Sunday 24 July 2022

The Way Things Were.

Ever done any family history? If so you might have been to your local records office to check up on a snippet of information you've been told about a character that was supposedly part of your family some generations ago. 'He was in The Charge of the Light Brigade,' family hearsay says. 'He married into our family and they possibly lived in Birmingham.' So you start following the elusive trail of information, using the name of the person and the street name where he apparently lived. You check the census records trying to confirm the address. You sift through marriage records, and birth and death records, but you find nothing. However, the investigative flame bringing history alive is lit and you don't intend to extinguish it.

A few weeks go by and you need to do some carpentry in your shed. You place a piece of wood against the bench-stop and open the chest of tools, the chest that was your father's, and you take out the wooden plane. The blade is still sharp, just as your father left it. You look at the plane. It is valuable to you, sentimentally, and you caress it, thinking of your father. You remember him using the plane, it must be fifty-five years ago when you were young and he made the conservatory. You wonder if his father gave him the plane. You ponder the history of the tool and picture your grandfather holding it, working with it and you wonder where he got it from . . . was it his father? How the years go by and the people come and go, leaving their little patch of light on the scene of this world.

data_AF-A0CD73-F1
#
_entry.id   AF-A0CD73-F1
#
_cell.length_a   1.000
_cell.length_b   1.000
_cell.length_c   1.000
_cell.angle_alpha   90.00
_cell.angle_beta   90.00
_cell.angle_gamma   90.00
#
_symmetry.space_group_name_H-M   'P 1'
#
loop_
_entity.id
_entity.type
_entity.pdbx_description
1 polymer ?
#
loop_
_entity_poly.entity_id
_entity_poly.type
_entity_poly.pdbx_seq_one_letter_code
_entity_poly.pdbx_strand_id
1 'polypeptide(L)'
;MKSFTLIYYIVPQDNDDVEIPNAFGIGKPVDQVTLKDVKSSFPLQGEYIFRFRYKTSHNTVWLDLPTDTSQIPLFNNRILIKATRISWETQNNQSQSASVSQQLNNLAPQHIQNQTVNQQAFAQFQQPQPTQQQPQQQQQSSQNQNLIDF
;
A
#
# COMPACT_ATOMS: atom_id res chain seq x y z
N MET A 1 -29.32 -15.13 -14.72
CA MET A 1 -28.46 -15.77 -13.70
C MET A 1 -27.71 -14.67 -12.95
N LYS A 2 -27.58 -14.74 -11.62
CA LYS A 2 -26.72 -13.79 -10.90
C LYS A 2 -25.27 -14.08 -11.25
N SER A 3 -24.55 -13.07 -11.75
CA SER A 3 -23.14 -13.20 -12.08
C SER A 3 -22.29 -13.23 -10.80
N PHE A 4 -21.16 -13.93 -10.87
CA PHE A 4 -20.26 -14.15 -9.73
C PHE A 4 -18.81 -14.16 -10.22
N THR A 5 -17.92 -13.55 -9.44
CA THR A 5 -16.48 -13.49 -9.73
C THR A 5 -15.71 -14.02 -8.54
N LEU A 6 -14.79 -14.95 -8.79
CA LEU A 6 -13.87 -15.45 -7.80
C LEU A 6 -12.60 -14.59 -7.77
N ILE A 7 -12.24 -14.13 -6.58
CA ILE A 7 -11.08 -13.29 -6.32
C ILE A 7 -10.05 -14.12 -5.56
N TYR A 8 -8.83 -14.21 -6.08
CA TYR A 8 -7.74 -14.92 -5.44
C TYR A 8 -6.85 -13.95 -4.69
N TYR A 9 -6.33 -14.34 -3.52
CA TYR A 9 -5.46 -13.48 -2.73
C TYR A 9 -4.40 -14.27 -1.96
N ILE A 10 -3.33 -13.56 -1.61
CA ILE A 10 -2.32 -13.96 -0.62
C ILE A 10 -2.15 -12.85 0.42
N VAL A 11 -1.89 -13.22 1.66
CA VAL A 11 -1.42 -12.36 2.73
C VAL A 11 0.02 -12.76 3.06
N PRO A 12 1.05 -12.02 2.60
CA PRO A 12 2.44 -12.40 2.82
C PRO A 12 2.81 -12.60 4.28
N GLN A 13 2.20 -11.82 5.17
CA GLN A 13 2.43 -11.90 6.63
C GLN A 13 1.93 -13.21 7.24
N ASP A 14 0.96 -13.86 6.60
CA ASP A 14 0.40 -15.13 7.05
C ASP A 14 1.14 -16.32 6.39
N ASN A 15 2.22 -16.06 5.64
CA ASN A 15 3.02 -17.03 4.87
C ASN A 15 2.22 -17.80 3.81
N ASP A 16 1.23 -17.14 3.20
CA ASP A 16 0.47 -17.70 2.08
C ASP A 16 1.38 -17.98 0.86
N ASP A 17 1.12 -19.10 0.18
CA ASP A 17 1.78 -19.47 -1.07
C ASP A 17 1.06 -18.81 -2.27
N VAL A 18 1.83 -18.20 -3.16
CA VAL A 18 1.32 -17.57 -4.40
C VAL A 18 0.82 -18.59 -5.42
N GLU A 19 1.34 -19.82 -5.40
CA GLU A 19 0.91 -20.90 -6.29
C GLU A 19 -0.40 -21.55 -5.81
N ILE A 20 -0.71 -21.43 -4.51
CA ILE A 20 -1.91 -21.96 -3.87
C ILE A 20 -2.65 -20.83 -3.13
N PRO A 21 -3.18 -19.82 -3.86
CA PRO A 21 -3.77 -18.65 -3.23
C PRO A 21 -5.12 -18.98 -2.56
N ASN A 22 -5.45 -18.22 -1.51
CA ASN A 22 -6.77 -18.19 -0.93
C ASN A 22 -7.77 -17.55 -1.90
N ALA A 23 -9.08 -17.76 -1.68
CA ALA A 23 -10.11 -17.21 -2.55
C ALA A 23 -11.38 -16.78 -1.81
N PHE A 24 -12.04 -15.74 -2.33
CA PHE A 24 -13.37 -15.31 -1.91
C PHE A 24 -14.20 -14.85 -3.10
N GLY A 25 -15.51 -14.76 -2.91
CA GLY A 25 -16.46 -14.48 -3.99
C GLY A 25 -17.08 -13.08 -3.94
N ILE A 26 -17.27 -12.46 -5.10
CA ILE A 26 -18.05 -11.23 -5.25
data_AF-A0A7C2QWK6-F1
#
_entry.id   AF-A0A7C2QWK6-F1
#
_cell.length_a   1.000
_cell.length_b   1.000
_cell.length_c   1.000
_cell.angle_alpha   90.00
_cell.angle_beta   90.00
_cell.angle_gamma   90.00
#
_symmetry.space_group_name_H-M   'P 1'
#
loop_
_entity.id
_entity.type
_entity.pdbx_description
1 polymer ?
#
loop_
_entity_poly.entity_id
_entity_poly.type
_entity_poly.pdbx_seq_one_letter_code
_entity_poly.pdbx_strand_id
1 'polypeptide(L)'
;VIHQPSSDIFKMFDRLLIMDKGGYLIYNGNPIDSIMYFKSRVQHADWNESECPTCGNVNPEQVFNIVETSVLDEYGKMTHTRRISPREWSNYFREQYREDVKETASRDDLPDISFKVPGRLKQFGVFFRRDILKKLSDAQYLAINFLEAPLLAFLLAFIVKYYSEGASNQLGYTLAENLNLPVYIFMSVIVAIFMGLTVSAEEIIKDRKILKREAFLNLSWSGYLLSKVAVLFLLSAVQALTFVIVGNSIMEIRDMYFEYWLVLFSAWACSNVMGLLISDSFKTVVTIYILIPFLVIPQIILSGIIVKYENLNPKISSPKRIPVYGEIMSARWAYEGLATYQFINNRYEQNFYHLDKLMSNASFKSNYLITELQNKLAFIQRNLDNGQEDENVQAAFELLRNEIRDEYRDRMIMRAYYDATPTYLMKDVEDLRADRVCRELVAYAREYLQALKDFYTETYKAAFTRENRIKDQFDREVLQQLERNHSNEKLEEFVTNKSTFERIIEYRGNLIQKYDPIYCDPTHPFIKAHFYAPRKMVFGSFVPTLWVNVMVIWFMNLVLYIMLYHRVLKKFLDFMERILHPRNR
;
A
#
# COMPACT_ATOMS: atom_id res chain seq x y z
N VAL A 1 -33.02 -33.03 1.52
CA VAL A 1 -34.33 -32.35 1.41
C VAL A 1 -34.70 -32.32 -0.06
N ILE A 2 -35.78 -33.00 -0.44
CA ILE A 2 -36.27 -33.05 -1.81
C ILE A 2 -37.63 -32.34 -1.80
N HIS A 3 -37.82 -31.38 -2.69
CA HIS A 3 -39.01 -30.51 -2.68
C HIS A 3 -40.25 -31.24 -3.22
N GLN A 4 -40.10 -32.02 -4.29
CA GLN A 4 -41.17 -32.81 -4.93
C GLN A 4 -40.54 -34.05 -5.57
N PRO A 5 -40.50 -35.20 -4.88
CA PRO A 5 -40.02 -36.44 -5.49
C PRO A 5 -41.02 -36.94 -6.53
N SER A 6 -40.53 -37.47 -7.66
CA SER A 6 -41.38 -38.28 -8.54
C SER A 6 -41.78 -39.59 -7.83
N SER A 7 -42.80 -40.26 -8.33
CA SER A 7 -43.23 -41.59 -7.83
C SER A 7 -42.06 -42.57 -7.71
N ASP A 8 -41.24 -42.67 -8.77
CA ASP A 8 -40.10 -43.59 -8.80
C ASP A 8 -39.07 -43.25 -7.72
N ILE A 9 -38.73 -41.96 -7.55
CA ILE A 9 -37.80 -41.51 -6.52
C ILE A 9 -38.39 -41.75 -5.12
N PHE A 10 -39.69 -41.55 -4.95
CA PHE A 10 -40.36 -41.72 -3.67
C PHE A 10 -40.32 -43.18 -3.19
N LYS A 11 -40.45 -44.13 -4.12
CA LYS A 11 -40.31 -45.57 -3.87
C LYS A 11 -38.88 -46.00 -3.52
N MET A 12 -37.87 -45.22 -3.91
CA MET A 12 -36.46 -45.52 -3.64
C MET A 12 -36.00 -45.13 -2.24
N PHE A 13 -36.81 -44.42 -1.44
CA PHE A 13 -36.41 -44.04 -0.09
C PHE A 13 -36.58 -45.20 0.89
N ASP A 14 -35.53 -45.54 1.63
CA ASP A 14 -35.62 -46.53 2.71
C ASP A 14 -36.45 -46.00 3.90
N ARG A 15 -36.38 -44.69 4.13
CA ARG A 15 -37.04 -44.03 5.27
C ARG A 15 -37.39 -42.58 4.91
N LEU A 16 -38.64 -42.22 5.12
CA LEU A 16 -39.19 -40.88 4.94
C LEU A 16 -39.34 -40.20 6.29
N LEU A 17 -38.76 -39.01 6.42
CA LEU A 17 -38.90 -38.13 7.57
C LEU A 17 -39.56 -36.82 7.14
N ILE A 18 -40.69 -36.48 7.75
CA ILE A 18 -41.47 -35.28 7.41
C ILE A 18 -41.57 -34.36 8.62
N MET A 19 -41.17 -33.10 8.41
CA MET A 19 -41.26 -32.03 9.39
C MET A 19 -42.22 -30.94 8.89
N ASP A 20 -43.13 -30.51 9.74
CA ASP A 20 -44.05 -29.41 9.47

You have got the history bug so much by now, and so has your wife, that you decide, for your forthcoming holiday, to go 'Down Devon', to where some of your wife's recent ancestors came from. No 'Might have been' about those people because your wife went 'Down Devon' when she was a six-year-old to a particular place that sounds fascinating by her description of its isolated beauty. When you reach the place there is no encroachment by modernity since the old times. Near the ancient water mill, your wife stands again on the bridge over the river that she stood on when she was a young girl. The place is still as she remembers it, other than one feature. The cottages she stayed in on the hill at the side of the lane are no longer there. You scramble up the hill and reach the flat area at the top. The place is now covered with ferns and long grass and patches of bramble, but beneath the undergrowth, you see a dull yellow-coloured object covered by grass. You reach down through the grass and pick up a brick, part of the house your wife stayed in, now long since demolished.

That is when the next set of novels comes to your mind . . . this time they will be historical novels that will convey the value of those people no longer with us. These novels will tell of their experiences, their struggles and their triumphs over adversity and they will speak of the mark they leave upon society and upon us, their descendants. You begin writing, and some months later you finish the novel, hand a copy to your beta readers, and design the cover. You are excited. In just a few weeks the first novel of the set will be published. 

Until next time,

Keep well,